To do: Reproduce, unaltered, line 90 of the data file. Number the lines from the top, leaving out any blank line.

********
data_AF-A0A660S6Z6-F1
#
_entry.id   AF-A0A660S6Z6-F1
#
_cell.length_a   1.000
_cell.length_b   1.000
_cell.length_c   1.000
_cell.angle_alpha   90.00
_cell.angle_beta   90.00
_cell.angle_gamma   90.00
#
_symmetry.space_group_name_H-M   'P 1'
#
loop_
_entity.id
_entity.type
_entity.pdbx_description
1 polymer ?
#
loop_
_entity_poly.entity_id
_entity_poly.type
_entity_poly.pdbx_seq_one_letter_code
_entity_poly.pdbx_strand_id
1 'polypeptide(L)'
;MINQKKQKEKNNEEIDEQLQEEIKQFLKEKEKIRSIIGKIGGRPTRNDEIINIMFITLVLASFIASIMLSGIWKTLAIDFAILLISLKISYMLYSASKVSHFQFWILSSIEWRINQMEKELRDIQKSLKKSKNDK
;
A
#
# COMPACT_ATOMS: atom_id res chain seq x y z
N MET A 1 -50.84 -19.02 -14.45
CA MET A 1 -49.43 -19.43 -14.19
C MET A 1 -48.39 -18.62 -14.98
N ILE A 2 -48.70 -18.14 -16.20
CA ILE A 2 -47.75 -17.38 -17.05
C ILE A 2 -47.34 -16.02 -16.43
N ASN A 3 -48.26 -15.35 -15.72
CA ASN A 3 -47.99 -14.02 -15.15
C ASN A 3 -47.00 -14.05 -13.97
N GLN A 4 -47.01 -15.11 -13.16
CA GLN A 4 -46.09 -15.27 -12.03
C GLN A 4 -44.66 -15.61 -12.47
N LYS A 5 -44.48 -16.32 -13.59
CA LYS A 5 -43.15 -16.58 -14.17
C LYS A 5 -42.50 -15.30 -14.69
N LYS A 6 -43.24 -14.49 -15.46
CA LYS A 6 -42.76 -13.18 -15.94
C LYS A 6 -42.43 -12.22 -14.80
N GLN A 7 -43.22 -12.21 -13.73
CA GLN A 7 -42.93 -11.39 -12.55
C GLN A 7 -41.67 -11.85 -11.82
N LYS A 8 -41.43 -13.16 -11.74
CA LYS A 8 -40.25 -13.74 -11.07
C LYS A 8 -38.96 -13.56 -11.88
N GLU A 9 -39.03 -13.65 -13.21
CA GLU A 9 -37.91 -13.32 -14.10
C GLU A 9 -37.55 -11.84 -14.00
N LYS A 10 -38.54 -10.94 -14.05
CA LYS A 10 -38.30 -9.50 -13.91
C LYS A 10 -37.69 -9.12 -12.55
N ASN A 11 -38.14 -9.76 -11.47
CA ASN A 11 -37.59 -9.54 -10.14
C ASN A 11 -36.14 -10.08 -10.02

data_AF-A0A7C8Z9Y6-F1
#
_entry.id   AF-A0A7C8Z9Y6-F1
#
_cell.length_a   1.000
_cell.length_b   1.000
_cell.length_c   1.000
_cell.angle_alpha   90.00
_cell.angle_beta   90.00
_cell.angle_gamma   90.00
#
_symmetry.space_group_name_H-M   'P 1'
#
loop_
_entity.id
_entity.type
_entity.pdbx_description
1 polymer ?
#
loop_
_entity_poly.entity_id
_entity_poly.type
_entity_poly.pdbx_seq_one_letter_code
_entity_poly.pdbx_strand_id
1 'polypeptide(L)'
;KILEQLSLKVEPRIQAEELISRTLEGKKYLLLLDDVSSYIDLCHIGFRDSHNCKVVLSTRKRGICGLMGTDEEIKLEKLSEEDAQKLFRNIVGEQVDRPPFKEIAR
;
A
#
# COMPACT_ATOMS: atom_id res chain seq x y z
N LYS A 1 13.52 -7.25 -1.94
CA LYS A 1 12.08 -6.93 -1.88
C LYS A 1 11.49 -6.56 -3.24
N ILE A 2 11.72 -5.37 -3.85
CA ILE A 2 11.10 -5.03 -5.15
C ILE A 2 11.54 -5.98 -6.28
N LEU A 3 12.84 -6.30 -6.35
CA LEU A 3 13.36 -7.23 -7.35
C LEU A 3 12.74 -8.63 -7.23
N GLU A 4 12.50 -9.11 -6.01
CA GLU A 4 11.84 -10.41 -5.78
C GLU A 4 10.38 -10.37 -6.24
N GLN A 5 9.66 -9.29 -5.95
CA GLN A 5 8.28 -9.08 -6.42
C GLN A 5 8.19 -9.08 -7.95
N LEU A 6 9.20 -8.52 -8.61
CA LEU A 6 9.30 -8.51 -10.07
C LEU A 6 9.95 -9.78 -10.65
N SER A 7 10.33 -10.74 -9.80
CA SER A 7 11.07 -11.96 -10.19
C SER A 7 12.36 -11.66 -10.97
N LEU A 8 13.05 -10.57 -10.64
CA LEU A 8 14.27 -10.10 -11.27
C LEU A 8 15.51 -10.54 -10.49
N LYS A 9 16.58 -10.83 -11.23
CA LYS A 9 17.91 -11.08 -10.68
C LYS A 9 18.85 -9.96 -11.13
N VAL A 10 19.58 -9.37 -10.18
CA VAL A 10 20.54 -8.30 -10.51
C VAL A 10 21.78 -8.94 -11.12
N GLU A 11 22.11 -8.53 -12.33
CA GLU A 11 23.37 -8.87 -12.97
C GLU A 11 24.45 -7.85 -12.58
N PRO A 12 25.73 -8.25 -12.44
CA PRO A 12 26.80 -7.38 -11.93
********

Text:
;